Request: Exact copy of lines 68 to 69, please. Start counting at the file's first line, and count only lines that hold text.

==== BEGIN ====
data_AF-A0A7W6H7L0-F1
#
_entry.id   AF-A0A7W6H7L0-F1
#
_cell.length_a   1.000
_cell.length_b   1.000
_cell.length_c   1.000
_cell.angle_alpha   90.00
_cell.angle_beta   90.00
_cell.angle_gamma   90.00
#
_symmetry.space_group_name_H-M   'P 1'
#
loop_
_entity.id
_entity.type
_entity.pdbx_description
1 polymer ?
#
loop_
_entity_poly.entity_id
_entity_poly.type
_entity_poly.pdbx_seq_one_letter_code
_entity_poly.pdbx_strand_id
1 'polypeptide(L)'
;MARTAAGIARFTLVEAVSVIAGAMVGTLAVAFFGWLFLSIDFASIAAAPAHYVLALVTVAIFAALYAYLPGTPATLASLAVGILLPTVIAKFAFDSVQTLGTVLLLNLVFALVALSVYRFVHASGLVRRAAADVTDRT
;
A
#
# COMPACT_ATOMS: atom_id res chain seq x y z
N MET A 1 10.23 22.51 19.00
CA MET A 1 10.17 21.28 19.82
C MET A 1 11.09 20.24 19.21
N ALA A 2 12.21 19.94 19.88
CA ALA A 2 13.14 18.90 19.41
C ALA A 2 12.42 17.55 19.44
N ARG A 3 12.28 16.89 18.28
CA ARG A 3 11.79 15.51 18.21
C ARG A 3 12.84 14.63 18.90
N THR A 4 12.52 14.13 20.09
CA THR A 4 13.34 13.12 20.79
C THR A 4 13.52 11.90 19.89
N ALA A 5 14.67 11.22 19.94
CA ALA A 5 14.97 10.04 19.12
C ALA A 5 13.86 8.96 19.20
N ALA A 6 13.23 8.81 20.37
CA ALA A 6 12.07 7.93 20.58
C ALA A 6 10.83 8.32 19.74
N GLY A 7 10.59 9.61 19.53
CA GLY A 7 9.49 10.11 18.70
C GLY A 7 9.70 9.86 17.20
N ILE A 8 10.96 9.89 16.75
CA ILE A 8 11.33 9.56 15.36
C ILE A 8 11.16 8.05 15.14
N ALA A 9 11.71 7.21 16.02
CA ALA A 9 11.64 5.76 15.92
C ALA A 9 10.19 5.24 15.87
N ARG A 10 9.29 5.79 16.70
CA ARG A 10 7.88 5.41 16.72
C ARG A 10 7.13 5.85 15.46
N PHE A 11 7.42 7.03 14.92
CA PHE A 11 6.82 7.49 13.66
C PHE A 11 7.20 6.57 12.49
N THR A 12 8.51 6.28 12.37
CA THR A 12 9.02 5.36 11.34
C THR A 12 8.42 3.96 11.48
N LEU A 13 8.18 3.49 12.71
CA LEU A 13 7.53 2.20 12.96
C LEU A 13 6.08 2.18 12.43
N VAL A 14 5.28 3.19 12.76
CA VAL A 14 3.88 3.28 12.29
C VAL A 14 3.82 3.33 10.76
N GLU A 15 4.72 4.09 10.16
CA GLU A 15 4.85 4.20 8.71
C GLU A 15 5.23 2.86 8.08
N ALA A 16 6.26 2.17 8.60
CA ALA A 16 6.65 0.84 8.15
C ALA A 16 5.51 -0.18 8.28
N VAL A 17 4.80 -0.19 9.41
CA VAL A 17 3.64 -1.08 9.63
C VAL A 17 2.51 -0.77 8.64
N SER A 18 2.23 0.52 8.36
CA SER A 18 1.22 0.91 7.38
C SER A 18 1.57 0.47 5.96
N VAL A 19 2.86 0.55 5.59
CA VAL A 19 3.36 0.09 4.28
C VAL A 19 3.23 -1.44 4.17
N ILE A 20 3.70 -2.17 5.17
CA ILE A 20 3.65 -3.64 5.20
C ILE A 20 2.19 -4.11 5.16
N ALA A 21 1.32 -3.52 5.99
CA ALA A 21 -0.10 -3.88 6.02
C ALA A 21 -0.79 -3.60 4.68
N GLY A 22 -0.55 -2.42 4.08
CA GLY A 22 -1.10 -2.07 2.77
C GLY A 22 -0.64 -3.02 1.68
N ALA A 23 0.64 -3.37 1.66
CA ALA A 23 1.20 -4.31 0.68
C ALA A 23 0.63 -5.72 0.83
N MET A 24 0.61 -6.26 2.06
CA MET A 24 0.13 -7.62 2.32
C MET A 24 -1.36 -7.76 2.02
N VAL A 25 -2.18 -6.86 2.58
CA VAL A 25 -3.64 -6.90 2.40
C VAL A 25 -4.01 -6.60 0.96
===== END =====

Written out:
CA LEU A 13 7.53 2.20 12.96
C LEU A 13 6.08 2.18 12.43